Things that go bump in the night seem increasingly out of place in today’s world as technology promises to solve all the mysteries of the world and we become increasingly secular and cynical. It makes Sydney journalist Karina Machado’s work all the more fascinating, because if there’s one thing both her 2009 book (Spirit Sisters) and Where Spirits Dwell prove, unexplained phenomena still touch many of our lives.
Where Spirits Dwell is mainly composed of everyday people whose busy lives are interrupted, tipped upside down or even threatened by the supernatural. If you read it hoping for tales of terror and bloodshed, perhaps the most surprising aspect is how many people accept ghostly phenomena with mere bemusement before going on with their lives.
While many of us may assume it would have us out in the street in our pyjamas screaming hysterically, a common thread in Where Spirits Dwell is the curiosity rather than terror the visitor generates. In many cases — particularly when witnesses attribute the phenomena to a passed-on loved one — they report feelings of peace and love.
Not that Where Spirits Dwell doesn’t have its scary moments. A young Petersham mother wakes in bed in the small hours to hear the toys in her son’s room, and when Machado reveals the toddler was actually in bed with his mother at the time you’ll feel a tingle down your spine the likes of which you expect from a good horror novel.
Machado herself was included in many of the treatments people sought for their unwanted guests thanks to her knowledge of a psychic medium from the Australian Institute of Parapsychological Research, so many of the cases she describes have a happy resolution where ‘good spirits’ have helped those with nefarious intentions or who simply don’t know they’ve died to ‘cross over’.
Often the psychic involved can tell everything he needs to know from the presence itself, but on other occasions Machado takes us through the research process as her or her interviewees sift old records or newspapers, overturning stories of tragic premature death or feelings so strong the departed carried them to the other side. One of the oldest arguments in parapsychology is whether ghosts are really manifestations of the formerly living or some as-yet undiscovered human talent. Despite paranormal experiences in her own life Machado doesn’t exactly come down on the side of the former, but many of the people she speaks to are left in no doubt.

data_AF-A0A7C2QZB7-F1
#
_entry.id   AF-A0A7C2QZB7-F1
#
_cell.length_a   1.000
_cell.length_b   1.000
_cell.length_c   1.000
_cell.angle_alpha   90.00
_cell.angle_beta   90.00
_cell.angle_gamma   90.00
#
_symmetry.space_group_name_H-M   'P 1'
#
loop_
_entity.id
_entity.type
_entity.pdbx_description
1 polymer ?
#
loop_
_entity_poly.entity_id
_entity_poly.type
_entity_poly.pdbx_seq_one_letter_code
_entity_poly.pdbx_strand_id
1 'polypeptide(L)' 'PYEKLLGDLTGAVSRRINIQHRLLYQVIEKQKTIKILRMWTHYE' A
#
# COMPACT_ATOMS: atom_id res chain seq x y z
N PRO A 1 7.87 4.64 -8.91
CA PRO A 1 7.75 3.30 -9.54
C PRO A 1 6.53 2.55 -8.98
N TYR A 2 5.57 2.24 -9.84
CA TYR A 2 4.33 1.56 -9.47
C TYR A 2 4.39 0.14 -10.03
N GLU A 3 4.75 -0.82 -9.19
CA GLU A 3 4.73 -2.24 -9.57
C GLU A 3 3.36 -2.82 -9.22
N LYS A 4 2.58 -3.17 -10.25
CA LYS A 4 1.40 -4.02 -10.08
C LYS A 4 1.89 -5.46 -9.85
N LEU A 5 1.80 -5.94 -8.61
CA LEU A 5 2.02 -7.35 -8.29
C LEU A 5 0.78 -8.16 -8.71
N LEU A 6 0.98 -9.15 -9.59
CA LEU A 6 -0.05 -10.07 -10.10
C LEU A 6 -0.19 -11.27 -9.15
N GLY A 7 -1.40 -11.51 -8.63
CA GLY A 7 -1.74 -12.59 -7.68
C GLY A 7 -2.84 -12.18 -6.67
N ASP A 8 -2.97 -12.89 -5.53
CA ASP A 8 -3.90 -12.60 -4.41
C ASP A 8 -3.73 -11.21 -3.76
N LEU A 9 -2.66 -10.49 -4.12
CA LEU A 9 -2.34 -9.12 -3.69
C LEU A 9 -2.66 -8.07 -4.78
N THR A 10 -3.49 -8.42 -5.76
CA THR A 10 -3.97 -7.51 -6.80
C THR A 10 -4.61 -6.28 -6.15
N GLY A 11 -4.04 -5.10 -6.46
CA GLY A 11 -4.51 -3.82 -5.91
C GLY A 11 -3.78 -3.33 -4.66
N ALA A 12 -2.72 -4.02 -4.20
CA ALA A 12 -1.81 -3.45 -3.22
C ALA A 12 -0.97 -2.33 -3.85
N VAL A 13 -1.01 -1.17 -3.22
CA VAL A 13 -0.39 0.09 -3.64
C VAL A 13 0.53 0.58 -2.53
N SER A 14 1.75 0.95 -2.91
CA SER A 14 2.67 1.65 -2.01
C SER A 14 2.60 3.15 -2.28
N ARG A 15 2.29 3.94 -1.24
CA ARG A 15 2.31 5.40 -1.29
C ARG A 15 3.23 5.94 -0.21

It’s also informative, overturning quite a bit of what you think you know about hauntings. One of the most disturbing revelations is that it’s sometimes the person that’s haunted — not the house — and Machado’s research contends that some of us who are simply ‘wired’ to see spirits because of psychic powers are those who attract them.
In a rare treat in non fiction, her talent as a writer complements the content beautifully. What could have been a very procedural and repetitive book describing one case after another is well structured to maintain the flow of each while presenting a new theme to consider in each chapter. The structure within each incident is effective too, and Machado uses some smart devices to keep you riveted — after the spooky words ‘what he saw next haunted him for a decade’, she breaks to give you the case background before telling you what the subject saw.
The writing itself is also lyrical and at times beautiful, making Where Spirits Dwell artistic rather than just reportage, and emotional rather than just instructive. Machado has also unearthed some tragic stories, including the mother of murdered schoolgirl Ebony Simpson, who believes her daughter’s presence remains, and the heartbreaking tale of the woman who lost her infant son to SIDS after trying for him for 10 years but who still sees him playing along Manly beach.
It may prompt you to hop online for the host of ‘authentic’ photos and footage (search for ‘Hampton Court skeletor’), but at the very least Where Spirits Dwell will make you look twice at the world around you and who might just be moving around the houses in your suburb (including your own) in the dead of night.